Additionally, “notification fatigue” can eventually occur when users keep receiving these false alarms. This makes them more likely to ignore actual threats that they may come across. It quickly turns into “The Boy Who Cried Wolf,” so muting the network monitoring software is ideal.

Plan for Failure

One of the most important server maintenance best practices is simply realizing that failure is going to happen. The Canadian Medical Association Journal even said that medical record servers, something most people couldn’t imagine being without, face “inevitable crash.”

Even with great maintenance, your server is going to eventually crash. In fact, an unexpected crash could occur during routine maintenance. The best way to fight this is through mitigation. Have resources in place, such as manual credit card imprinters or data redundancy, that can reduce the effect of an eventual failure.

User Acceptance Testing

Regardless of how vigilant you are with server maintenance best practices, there’s always the chance that something could have gone wrong. Maybe a new patch has an unknown vulnerability. Maybe the maintenance you undertook created a compatibility issue between different systems. Regardless of the potential issue, user acceptance testing is the best way to track it down.

User acceptance training allows the people who will be using your system to test its effectiveness and stability in real-world scenarios. If something no longer performs to expectation, there’s a chance that something could’ve gone wrong. By utilizing user acceptance testing, you can identify and rectify the cause.

Communicate Success

One of the most overlooked aspects of server maintenance is the communication of success. Unfortunately, it’s also one of the most important. Organizational leadership and stakeholders don’t always realize how important proper care is for a server. This often results in server maintenance being an afterthought.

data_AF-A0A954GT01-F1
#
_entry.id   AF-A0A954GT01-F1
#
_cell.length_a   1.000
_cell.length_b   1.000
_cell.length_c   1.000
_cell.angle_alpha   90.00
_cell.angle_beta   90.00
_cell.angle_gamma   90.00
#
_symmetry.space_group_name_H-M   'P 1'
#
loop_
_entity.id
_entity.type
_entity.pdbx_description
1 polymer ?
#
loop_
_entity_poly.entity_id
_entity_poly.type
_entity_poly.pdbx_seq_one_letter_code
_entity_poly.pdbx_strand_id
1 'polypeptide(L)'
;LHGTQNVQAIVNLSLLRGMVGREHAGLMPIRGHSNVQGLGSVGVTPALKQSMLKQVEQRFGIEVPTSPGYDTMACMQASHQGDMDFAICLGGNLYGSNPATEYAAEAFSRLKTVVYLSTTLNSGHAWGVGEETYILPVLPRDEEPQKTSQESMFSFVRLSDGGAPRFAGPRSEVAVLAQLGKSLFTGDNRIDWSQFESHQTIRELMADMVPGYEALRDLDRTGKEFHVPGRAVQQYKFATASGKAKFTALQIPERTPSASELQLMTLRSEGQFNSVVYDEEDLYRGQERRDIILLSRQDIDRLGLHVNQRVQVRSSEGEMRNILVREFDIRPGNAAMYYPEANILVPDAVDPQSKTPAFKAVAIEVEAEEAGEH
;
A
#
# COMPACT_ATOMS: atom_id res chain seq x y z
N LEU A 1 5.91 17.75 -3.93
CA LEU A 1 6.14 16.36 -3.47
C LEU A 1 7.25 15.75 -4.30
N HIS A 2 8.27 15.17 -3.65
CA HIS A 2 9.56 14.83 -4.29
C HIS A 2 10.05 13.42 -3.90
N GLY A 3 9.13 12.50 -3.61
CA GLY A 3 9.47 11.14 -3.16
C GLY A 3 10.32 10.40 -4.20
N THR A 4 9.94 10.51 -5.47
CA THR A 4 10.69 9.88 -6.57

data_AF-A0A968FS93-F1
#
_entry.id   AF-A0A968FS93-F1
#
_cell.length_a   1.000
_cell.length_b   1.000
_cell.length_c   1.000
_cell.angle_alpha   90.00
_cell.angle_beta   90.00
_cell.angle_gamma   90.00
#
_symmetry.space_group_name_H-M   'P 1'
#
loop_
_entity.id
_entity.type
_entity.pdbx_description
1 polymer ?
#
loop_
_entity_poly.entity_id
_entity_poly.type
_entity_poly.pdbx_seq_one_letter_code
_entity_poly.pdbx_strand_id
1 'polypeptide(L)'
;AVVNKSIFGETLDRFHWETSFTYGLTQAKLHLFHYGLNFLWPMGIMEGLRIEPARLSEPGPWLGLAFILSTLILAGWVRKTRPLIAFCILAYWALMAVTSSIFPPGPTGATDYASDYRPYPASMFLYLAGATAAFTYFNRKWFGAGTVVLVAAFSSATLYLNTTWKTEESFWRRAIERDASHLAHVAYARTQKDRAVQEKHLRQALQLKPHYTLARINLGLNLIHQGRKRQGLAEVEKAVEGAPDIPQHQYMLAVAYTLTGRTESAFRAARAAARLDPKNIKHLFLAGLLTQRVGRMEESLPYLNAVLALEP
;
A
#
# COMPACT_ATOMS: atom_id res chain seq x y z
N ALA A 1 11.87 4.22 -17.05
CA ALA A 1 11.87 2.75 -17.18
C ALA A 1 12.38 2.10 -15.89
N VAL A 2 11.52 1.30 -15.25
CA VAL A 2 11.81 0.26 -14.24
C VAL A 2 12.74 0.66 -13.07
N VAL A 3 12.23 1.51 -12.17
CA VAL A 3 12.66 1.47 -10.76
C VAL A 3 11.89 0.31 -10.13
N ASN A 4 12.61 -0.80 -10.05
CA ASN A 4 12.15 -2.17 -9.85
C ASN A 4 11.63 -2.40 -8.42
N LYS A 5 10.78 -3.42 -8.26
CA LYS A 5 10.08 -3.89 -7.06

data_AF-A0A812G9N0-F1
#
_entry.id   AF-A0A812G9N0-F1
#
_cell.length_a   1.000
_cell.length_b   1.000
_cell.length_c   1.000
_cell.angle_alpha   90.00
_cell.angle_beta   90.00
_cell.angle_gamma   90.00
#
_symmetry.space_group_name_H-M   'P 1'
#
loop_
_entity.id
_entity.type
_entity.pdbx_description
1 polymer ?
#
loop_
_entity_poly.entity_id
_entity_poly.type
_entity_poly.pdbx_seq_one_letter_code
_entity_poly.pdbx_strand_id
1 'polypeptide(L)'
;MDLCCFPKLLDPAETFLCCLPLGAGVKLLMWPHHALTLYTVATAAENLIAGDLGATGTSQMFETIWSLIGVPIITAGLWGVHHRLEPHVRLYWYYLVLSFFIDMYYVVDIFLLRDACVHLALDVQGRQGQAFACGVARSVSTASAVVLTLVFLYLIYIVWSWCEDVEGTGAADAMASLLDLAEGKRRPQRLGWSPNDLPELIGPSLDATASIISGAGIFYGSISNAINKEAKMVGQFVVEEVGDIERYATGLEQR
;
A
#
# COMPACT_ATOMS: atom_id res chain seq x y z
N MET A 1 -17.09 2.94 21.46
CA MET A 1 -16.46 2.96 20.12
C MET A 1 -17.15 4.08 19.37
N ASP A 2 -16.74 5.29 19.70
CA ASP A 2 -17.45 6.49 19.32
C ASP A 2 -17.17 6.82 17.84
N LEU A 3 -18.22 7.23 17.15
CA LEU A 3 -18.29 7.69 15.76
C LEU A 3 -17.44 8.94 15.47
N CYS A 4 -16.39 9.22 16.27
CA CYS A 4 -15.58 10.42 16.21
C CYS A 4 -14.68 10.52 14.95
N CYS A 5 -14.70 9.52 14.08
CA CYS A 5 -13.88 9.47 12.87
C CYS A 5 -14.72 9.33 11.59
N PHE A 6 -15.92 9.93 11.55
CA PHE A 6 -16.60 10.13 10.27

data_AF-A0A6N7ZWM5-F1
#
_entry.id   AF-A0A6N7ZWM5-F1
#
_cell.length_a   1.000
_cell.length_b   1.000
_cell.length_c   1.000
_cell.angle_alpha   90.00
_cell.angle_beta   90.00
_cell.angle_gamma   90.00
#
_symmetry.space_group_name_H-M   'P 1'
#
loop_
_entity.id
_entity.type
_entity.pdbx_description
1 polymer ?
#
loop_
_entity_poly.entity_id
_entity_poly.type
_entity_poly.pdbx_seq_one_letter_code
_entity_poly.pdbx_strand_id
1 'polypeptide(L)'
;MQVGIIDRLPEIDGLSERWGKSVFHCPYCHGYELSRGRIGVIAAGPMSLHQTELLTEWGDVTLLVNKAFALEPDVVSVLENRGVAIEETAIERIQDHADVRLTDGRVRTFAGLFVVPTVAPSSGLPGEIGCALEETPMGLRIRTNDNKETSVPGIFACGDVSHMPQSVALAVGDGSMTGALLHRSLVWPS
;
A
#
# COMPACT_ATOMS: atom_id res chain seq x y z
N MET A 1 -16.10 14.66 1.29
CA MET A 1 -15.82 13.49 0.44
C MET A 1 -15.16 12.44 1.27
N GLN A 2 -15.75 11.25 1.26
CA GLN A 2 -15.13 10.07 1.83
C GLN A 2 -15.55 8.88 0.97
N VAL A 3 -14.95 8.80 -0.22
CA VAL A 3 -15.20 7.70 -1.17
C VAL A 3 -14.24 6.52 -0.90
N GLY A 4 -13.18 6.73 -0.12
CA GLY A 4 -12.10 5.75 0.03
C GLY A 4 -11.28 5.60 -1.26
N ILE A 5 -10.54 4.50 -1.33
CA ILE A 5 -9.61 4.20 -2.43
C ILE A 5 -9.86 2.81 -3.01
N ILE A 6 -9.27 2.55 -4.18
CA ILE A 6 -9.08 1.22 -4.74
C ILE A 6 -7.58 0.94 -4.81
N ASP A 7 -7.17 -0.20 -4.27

When stakeholders and organizations don’t recognize the importance of server upkeep, entire networks can fall into disrepair and face security vulnerabilities. This makes it important for those “in the know” to close out the process and communicate the process’s success to external and internal stakeholders. When they finally realize how important server maintenance is, this integral process will face less resistance in the future.

If you don’t utilize outsourced IT, you’ll still need to periodically perform server maintenance. Without it, you’ll miss out on enhanced features, encounter security issues, reduce efficiency and even face costly downtime more frequently than necessary. They say an ounce of prevention is worth a pound of cure, and in the worlds of business and information technology, this adage couldn’t ring truer.

Interested in learning how Skyen can take the risk out of managing servers?  Contact us for a free evaluation and consultation.